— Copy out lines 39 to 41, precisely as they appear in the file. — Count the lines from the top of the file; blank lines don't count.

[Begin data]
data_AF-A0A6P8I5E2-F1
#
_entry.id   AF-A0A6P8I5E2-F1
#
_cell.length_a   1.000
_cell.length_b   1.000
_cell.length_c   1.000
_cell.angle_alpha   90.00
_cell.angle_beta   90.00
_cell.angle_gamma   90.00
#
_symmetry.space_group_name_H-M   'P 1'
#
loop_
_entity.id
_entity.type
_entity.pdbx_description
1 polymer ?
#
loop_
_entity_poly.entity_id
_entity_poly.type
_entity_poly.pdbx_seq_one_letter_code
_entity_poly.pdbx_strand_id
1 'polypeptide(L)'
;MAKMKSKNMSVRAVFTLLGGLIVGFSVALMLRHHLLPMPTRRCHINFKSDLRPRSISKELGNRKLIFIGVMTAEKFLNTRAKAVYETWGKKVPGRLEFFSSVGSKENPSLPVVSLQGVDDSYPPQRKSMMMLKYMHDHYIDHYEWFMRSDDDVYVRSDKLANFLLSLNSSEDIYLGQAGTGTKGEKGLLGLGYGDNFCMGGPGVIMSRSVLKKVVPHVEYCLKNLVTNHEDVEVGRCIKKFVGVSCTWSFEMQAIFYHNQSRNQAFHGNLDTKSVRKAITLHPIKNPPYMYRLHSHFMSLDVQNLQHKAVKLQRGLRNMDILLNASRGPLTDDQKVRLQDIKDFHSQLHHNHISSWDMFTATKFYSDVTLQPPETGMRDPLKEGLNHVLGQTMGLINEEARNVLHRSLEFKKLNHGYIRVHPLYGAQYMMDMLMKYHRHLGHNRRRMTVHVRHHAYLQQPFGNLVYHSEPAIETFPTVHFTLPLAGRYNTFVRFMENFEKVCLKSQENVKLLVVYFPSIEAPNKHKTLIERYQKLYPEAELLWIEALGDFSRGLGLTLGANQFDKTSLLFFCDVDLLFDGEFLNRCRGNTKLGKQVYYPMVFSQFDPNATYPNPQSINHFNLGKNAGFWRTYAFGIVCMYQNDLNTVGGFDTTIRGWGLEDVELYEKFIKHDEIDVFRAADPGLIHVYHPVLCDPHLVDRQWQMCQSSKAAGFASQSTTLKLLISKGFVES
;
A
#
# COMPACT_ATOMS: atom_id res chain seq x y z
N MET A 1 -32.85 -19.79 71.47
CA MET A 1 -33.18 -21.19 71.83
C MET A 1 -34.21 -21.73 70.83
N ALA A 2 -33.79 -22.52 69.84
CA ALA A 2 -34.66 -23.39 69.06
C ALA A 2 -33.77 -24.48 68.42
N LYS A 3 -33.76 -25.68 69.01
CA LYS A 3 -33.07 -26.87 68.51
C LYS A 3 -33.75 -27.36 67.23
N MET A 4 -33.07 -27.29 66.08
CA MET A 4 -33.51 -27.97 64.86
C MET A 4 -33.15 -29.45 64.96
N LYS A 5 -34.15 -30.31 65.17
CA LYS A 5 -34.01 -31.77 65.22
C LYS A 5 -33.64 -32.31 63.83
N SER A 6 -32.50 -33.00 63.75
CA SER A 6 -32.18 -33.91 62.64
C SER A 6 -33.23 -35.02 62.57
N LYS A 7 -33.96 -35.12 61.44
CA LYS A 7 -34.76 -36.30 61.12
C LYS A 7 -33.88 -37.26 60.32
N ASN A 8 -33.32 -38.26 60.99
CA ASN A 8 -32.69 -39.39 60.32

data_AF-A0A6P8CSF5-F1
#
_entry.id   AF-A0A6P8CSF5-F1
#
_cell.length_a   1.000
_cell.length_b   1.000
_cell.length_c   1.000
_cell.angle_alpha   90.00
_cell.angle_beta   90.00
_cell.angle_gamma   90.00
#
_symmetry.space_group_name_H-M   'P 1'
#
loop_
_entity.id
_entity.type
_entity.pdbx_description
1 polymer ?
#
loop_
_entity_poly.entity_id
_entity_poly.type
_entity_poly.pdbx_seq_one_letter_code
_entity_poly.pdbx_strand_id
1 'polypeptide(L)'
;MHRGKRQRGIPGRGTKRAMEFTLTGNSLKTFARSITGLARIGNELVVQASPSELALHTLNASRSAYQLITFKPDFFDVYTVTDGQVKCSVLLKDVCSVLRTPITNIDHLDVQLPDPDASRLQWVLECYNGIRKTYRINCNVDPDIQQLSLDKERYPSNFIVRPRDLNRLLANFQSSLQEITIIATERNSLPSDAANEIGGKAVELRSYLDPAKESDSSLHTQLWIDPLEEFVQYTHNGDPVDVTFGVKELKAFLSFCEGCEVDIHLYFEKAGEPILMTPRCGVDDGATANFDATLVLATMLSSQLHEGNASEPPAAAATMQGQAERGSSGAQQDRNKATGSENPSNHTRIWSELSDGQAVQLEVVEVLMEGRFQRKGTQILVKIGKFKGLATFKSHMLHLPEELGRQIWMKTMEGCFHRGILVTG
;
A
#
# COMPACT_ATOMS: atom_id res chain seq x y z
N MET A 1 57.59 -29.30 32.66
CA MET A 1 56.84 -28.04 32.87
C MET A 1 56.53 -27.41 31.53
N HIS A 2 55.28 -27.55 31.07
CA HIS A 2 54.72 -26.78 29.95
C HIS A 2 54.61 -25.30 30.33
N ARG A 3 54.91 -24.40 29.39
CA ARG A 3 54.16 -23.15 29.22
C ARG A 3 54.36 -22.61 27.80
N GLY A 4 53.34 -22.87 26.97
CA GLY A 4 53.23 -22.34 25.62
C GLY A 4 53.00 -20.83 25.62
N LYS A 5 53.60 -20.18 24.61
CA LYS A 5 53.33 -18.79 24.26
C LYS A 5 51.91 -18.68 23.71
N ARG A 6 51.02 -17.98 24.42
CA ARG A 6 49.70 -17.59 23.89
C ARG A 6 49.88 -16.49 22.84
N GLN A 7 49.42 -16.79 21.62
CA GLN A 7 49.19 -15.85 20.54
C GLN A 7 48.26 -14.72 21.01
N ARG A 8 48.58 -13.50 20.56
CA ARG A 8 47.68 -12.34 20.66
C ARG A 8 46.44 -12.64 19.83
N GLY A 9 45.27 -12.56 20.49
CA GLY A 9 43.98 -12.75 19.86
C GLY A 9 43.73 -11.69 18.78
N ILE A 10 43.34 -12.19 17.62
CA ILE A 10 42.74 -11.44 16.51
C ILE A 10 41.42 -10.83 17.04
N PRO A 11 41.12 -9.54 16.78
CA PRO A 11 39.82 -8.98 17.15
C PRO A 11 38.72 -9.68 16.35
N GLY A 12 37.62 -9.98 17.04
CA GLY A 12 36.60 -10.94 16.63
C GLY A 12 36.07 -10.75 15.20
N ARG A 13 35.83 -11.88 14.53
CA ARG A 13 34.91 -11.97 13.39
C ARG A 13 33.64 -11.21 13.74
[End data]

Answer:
C LYS A 3 -33.75 -27.36 67.23
N MET A 4 -33.07 -27.29 66.08
CA MET A 4 -33.51 -27.97 64.86